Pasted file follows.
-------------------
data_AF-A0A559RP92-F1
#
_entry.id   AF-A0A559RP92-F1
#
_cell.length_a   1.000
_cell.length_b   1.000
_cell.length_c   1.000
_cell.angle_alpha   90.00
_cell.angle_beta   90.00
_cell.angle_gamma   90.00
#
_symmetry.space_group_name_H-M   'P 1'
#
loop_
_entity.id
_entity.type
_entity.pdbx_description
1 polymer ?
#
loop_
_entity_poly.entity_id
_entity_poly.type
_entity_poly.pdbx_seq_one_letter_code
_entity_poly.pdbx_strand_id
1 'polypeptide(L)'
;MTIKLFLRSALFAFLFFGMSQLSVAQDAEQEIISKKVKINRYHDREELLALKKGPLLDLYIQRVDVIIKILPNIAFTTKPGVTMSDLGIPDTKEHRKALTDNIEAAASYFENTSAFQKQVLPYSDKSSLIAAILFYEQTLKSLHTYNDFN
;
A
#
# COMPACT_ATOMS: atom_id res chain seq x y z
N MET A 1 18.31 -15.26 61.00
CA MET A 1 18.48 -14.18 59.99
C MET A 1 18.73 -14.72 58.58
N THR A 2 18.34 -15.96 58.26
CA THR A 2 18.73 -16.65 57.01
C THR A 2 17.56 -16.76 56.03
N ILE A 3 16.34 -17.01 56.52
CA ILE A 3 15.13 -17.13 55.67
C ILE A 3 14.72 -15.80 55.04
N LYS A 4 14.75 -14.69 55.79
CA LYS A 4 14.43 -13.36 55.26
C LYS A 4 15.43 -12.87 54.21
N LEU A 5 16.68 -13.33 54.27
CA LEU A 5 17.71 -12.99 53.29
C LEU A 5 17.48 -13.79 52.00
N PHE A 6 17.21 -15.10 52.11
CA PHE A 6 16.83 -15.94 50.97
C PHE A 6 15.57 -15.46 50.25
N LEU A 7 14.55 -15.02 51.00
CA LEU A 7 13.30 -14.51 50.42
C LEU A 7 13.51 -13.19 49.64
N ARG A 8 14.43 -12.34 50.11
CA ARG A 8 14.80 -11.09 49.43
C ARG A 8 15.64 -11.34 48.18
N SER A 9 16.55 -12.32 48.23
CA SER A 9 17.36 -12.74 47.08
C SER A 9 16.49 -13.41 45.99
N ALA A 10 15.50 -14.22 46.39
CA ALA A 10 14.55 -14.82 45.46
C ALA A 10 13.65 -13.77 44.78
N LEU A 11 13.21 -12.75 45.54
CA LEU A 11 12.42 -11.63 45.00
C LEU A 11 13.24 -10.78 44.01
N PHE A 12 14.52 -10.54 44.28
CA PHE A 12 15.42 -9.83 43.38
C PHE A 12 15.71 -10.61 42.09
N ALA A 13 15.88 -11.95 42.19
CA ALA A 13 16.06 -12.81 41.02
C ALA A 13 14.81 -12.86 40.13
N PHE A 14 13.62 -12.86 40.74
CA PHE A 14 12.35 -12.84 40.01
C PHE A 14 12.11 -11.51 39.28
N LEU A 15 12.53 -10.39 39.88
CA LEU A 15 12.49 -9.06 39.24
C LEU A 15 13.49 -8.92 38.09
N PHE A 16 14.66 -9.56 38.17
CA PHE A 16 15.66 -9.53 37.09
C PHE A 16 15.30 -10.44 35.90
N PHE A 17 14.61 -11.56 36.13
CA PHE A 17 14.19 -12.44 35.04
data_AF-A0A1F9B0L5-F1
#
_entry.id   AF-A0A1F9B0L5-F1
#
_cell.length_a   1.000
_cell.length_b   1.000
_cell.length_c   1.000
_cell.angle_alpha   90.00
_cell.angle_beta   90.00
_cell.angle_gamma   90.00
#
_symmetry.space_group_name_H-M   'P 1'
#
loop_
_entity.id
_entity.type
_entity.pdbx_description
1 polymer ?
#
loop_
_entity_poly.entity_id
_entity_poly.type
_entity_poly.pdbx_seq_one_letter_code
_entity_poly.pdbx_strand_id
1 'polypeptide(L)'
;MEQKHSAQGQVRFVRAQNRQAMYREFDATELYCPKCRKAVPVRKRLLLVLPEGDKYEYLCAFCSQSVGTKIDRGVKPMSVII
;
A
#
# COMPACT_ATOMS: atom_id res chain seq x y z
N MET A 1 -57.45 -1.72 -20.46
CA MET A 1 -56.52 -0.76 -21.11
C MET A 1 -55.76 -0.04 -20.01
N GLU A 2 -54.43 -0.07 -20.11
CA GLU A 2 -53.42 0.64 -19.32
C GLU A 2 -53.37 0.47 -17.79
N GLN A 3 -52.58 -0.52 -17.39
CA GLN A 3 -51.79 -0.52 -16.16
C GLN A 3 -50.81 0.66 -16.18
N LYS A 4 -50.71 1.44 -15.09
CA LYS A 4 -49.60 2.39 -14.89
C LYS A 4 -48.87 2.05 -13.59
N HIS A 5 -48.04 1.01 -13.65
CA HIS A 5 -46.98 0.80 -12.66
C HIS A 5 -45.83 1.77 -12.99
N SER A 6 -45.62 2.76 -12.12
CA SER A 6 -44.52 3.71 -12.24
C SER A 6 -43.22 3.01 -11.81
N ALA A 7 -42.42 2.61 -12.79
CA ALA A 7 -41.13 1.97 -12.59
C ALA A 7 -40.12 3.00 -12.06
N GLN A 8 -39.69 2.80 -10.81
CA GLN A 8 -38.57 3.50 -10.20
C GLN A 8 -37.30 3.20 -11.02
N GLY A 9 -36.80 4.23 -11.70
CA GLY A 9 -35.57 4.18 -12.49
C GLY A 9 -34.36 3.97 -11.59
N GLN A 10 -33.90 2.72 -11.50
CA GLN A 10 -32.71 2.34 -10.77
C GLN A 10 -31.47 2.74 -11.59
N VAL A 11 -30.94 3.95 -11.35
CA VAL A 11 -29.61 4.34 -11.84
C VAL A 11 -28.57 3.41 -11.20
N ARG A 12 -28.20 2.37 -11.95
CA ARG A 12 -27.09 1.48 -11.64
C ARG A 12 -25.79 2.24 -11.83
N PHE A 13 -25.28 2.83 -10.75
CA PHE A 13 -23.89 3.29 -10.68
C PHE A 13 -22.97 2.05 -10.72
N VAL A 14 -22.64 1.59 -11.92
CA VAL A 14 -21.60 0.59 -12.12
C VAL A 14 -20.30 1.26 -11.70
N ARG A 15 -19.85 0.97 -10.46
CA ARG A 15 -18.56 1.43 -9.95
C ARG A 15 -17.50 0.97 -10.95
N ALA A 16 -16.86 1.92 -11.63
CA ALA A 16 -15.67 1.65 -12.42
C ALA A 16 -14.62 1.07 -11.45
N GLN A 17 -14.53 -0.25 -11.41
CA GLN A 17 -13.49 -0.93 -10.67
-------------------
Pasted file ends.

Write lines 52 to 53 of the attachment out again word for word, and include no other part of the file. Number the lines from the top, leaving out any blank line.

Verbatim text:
N ARG A 8 14.43 -12.34 50.11
CA ARG A 8 14.80 -11.09 49.43